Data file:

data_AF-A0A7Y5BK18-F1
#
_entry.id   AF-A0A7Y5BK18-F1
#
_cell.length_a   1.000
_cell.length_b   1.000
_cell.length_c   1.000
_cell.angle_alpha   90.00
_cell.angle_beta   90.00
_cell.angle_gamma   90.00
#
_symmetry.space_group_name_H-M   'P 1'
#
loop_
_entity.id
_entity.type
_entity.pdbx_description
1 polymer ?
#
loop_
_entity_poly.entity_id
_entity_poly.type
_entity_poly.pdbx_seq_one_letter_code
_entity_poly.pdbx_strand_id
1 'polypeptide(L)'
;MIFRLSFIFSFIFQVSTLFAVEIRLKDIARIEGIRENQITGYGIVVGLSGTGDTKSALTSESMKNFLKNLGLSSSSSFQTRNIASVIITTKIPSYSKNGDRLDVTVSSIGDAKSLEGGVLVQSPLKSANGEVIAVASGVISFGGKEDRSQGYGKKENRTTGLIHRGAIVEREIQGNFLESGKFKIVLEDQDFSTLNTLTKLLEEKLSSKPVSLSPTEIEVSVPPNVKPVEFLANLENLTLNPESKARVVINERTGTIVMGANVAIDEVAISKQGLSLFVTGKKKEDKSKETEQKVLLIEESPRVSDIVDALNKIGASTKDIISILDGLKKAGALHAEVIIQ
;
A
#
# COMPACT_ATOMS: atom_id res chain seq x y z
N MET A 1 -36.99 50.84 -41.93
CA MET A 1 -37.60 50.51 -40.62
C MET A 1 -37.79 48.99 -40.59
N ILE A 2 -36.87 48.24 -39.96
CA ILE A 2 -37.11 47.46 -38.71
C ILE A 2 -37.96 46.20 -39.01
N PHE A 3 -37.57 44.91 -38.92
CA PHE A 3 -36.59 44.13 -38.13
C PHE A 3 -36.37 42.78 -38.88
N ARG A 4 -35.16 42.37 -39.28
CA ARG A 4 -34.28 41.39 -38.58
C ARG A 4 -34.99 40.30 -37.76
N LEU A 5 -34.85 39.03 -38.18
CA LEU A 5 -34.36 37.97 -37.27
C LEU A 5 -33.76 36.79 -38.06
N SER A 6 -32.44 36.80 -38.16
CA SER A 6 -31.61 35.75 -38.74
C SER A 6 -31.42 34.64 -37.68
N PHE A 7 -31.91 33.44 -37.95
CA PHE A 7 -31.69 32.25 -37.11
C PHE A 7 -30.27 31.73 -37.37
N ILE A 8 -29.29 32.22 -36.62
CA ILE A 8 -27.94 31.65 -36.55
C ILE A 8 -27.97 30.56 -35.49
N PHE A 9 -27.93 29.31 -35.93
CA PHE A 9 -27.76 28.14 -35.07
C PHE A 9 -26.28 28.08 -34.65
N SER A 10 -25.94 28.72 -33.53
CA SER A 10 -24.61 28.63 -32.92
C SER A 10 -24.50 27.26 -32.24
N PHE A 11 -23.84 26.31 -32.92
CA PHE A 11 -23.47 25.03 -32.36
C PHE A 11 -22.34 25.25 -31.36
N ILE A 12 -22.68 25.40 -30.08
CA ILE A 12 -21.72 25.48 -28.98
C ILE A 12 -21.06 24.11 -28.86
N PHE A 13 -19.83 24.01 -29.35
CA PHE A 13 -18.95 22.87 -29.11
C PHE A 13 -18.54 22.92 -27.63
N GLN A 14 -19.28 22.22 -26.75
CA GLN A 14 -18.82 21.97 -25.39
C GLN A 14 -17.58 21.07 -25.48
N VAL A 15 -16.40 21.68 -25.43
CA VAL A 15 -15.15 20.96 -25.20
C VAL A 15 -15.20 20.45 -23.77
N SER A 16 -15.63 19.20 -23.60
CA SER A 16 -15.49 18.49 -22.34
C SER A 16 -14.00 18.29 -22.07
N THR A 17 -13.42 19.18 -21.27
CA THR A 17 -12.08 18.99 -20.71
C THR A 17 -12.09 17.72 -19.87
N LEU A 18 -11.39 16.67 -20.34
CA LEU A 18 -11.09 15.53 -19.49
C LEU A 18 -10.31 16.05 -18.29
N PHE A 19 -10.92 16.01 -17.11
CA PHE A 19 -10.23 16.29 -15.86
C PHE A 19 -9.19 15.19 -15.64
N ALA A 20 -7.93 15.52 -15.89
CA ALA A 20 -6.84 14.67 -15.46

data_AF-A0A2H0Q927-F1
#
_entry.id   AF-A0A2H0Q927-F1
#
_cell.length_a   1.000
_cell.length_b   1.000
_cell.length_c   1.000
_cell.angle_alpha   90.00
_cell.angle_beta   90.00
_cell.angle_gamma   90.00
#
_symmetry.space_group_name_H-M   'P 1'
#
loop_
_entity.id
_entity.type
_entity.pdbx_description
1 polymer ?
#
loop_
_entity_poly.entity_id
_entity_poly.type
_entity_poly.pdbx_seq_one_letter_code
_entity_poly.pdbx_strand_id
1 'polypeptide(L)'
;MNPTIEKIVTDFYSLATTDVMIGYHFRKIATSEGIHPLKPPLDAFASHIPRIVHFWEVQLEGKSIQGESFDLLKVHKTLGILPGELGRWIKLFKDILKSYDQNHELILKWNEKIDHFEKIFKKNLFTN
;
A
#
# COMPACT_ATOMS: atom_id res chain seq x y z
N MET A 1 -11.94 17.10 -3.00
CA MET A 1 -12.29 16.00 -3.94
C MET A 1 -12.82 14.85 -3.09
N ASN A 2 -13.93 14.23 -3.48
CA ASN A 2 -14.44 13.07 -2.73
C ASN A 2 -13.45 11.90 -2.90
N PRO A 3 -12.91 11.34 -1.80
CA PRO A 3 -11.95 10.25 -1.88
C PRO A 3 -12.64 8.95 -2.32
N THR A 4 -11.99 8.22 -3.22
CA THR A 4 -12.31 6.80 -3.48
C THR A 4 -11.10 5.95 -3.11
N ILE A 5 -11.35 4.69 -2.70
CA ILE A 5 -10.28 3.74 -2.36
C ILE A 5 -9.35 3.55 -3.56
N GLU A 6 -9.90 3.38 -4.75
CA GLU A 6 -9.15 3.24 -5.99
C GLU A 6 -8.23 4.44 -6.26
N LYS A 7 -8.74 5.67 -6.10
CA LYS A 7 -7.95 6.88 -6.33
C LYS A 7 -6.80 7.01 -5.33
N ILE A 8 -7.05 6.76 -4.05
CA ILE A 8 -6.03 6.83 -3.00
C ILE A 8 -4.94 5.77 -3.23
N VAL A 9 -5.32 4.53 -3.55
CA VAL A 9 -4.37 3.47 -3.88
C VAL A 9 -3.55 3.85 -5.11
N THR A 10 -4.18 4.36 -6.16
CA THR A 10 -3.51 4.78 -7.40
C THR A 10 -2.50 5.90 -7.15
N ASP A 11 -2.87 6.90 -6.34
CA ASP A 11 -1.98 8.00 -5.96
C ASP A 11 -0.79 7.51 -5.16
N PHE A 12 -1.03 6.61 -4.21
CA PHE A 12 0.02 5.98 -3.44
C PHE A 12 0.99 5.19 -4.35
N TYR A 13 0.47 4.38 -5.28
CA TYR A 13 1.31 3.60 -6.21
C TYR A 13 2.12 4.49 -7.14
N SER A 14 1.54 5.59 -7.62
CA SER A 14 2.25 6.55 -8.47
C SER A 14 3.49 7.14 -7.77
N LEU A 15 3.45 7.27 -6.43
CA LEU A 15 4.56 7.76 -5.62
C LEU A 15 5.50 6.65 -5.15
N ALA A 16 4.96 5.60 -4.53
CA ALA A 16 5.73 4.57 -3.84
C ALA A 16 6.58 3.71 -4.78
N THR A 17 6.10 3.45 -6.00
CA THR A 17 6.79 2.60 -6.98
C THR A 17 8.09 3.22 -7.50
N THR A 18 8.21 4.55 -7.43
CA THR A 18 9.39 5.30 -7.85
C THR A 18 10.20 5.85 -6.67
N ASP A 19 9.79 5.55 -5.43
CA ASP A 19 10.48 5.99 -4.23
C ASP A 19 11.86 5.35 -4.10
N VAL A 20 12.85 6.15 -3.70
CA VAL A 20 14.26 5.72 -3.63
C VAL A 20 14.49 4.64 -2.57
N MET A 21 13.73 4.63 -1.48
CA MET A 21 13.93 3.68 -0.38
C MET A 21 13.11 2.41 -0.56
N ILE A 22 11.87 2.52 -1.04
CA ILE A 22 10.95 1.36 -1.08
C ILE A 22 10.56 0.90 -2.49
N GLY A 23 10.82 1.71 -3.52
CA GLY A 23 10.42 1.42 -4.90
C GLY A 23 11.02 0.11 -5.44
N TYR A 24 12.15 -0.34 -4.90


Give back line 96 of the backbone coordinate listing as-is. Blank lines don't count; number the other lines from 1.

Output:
_cell.length_c   1.000